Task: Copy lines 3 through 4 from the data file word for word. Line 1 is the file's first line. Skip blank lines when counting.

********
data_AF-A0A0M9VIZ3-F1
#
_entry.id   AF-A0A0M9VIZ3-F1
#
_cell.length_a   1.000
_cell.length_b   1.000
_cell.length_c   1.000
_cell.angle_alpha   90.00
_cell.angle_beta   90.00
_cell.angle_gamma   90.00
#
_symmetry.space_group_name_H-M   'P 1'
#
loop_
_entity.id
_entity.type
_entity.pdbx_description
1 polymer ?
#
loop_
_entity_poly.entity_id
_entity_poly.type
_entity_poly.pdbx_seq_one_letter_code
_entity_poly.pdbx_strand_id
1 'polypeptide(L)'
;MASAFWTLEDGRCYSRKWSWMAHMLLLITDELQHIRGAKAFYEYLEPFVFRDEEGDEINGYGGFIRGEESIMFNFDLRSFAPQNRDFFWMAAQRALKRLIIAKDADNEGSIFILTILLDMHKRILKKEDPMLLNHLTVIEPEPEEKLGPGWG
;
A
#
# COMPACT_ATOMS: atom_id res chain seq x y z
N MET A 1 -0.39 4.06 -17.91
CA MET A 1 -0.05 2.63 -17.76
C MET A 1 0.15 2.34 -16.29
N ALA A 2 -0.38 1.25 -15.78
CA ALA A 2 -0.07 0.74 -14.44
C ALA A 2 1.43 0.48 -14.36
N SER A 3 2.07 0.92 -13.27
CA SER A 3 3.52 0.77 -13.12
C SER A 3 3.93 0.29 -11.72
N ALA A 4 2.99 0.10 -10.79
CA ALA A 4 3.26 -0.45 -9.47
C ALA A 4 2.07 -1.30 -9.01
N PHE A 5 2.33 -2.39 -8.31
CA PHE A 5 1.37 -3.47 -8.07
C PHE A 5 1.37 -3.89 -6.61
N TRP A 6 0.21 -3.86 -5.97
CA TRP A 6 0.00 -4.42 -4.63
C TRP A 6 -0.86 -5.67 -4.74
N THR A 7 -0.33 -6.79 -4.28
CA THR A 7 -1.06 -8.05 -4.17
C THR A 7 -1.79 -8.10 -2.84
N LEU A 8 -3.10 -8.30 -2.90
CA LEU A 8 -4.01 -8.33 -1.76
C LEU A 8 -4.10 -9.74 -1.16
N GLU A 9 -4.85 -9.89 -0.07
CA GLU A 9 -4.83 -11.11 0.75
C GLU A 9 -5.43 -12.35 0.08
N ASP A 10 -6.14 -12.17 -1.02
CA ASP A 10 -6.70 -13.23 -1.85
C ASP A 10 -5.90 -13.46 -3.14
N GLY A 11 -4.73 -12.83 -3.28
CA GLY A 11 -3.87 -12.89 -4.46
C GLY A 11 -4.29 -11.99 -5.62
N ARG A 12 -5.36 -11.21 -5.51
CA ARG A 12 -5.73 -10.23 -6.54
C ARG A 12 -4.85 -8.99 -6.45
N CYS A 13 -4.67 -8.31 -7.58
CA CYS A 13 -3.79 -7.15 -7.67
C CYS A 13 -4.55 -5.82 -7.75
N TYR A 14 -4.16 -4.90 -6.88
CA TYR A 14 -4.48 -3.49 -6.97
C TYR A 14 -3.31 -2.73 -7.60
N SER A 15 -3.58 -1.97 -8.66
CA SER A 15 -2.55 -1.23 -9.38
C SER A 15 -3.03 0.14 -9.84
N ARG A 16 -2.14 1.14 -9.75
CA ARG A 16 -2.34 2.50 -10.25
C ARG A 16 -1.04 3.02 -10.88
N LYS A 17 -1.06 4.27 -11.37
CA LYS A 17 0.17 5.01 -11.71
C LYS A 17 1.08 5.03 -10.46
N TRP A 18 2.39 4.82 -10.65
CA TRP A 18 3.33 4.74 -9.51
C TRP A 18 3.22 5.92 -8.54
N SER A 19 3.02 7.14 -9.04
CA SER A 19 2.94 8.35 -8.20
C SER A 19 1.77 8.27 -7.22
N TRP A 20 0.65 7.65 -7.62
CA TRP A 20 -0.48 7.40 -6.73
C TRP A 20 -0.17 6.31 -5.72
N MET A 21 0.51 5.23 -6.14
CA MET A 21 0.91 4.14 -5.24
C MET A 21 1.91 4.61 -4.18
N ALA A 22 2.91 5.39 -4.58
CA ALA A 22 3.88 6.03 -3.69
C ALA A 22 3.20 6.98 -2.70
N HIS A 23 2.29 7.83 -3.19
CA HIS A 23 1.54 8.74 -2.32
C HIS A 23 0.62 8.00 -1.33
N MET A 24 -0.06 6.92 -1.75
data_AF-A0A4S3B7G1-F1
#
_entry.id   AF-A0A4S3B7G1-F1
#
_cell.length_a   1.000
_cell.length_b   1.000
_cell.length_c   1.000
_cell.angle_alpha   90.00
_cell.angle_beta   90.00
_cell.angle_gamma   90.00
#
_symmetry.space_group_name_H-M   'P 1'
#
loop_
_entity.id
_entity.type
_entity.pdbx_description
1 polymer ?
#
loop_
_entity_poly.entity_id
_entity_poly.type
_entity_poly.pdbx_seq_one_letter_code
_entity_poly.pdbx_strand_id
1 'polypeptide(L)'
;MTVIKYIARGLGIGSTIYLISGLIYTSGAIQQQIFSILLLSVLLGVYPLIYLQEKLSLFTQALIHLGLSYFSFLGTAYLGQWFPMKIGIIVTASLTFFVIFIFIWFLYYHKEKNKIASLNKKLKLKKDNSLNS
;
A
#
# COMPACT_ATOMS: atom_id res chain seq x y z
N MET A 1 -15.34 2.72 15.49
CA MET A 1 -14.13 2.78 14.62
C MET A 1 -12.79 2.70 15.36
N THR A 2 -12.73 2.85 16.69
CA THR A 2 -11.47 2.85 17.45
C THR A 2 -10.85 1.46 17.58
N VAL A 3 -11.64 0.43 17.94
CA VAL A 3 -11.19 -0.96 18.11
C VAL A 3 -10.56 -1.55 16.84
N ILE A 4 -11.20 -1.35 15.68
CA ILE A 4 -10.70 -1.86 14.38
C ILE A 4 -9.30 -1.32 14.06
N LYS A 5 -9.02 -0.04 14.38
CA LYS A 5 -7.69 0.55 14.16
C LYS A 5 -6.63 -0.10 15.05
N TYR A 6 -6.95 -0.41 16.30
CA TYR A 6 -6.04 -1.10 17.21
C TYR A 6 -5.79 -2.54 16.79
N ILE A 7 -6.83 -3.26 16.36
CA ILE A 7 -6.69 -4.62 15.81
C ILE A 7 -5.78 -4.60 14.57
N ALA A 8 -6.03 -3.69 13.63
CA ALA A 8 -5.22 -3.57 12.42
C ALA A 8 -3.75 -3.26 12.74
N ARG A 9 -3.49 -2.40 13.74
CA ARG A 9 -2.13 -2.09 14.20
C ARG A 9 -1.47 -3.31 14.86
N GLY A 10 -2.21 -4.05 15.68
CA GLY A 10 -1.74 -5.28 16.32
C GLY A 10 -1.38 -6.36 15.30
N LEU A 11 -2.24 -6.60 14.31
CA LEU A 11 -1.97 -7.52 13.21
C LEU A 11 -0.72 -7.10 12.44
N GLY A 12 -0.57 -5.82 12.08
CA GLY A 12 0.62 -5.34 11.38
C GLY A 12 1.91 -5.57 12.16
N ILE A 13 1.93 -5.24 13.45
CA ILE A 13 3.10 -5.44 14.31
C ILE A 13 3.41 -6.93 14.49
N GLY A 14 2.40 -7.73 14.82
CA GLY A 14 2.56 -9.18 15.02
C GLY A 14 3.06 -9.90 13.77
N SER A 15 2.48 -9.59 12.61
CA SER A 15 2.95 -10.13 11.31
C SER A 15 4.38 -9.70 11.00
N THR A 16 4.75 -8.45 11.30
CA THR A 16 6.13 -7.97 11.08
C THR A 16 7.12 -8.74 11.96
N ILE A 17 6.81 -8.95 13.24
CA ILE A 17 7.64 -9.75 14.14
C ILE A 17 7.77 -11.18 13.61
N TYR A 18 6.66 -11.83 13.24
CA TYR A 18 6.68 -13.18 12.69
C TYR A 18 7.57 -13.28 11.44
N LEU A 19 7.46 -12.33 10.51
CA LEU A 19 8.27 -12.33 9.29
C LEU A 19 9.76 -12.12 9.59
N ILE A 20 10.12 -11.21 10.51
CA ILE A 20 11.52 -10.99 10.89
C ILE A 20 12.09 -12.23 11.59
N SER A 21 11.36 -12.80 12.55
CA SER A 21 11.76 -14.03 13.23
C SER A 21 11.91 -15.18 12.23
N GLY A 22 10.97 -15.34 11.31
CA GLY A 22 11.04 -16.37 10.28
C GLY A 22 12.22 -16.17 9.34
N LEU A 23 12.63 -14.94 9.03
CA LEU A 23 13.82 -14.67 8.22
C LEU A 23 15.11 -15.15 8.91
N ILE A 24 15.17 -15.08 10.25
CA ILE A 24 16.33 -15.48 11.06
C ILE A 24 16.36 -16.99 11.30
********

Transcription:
_entry.id   AF-A0A0M9VIZ3-F1
#